LacidipineEnhanced hypotensive effects when beta-blockers (e.g Atenolol) given with calcium-channel blockers (e.g Lacidipine).
Metformin (HCl)Atenolol enhance the hypoglycemic effect of metformin.ModerateMonitoring of patient blood glucose level should be done when these drugs are coadministered.
NaphazolineConcurrent use may result in interaction. Dosage adjustment or special monitoring during concurrent use is necessary.
NifedipineCombined use of atenolol with nifedipine decrease the rate, conduction and contractility of heart particularly in patients of ventricular or conduction decreasing peripheral vascular resistance.ModerateDosage regimen should be adjusted accordingly. Closely monitor the hemodynamic effect and tolerance of patient.
PrazosinEnhanced hypotensive effects when alpha-blockers (e.g Prazosin) given with beta-blockers (e.g Atenolol), also increased risk of first-dose hypotension. Major
Thioridazine (HCl)Both agents act additively and produce hypotensive and central nervous system depressant effect.ModerateClosely monitor for hypotension and prolonged CNS depression. Patient should notify to physician about excessive side effects.
Verapamil (HCl)Verapamil may enhance the hypotensive effect of Atenolol.Bradycardia and signs of heart failure have also been reported.Verapamil may decrease the metabolism, via CYP isoenzymes, of Atenolol.ModerateThough usually safe and effective during concomitant use, monitor bradycardia, hypotension, or signs of heart failure during concomitant use of Atenolol and Verapamil. Ophthalmic beta-blockers are of little concern. It is recommended that atenolol should not be administered IV within 24 hourrs of discontinuing Verapamil.

These interactions are sometimes beneficial and sometimes may pose threats to life. Always consult your physician for the change of dose regimen or an alternative drug of choice that may strictly be required.

Interference in Pathology

No data regarding the pathological interferences produced by Atenolol is available.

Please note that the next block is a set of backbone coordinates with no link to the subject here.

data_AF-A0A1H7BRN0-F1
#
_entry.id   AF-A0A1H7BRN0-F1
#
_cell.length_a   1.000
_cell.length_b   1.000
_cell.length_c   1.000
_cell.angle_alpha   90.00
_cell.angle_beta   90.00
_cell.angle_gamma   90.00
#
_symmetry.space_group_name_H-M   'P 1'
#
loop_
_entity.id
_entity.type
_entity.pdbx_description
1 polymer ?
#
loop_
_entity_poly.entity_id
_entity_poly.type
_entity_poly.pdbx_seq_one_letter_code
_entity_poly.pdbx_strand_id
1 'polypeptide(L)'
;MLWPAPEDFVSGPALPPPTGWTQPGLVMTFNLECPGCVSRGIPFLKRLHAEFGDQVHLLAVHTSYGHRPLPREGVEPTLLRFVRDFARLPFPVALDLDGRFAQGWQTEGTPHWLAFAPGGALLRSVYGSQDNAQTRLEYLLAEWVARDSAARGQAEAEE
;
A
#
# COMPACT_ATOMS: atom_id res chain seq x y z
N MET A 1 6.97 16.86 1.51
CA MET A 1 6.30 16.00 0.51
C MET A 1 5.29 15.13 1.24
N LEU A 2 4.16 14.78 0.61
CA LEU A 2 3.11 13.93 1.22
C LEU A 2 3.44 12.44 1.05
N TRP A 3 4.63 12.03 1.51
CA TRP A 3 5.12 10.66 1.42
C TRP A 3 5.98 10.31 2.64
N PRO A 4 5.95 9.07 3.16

Side Effects

The severe or irreversible adverse effects of Atenolol, which give rise to further complications include Hypotension, Bronchospasm, Impotence, AV-block, Agranulocytosis, Hyperglycemia, Sinus bradycardia, Oculomucocutaneous syndrome.

Atenolol produces potentially life-threatening effects which include Heart failure. which are responsible for the discontinuation of Atenolol therapy.

The signs and symptoms that are produced after the acute overdosage of Atenolol include Bradycardia, Convulsions, Coma, Ventricular asystole.

The symptomatic adverse reactions produced by Atenolol are more or less tolerable and if they become severe, they can be treated symptomatically, these include Dizziness, Fatigue, Alopecia, Diarrhea, Dyspnea, Cold extremities, Constipation, Insomnia, Pruritus, Impotence, Depression, Blood dyscrasias, Exfoliative dermatitis, Paresthesias, Hyperpigmentation, Wheezing, Vivid dreams, Xerosis.

Available Brands

Click on the appropriate strength of the dosage form to view its available brands.

Single Ingredient

Tabs: 5 mg, 10 mg, 25 mg, 50 mg, 100 mg,

Multi ingredient

Tabs: 25 mg, 50 mg, 100 mg,


Atenolol's dosage details are as follows:
Dose Single Dose Frequency Route Instructions

Adult Dosage

2.5 mg2.5 (2.5)As recommended.IVAt a rate of 1 mg/min
150 mcg/kg150 (150)As recommended.IV infusionOver 20 minutes. Maintenance dose 50-100 mg.
50 to 200 mg120 (125)24 hourlyPO

Paedriatic Dosage ( 20 Kg. )

1 to 2 mg/kg1.5 (1.5)24 hourlyOral-
1 to 2 mg/kg1.5 (1.5)24 hourlySlow IV-

Neonatal Dosage ( 3 Kg. )

1 to 2 mg/kg1.5 (1.5)24 hourlyoralGradually increase the dose
1 to 2 mg/kg1.5 (1.5)24 hourlySlow intravenousGradually increase the dose

High Risk Groups

Drug should not be given to Paediatrics, patients suffering from Kidney dysfunction, and Neonates.

If prescribing authority justifies the benefits of the drug against the possible damages he/she should reevaluate them and consult the reference material and previous studies.

Warning / Precautions

Atenolol should be used with caution in patients with poorly controlled diabetes mellitus particularly brittle diabetes, in patients with liver or kidney impairments, in hyperthyroidism or thyrotoxicosis because the drug can mask the tachycardia that occur in this condition. Abrupt withdrawal of atenolol in hyperthyroidism patient can precipitate a thyroid storm. Avoid abrupt withdrawal in angina patients. Use with caution during pregnancy.

Storage Conditions


Store at room temperature, Below 30°C or in refrigerator. Do not Freeze. Protect from Sunlight.


Store in a well closed container, Below 40°C. Protect from Sunlight and Moisture.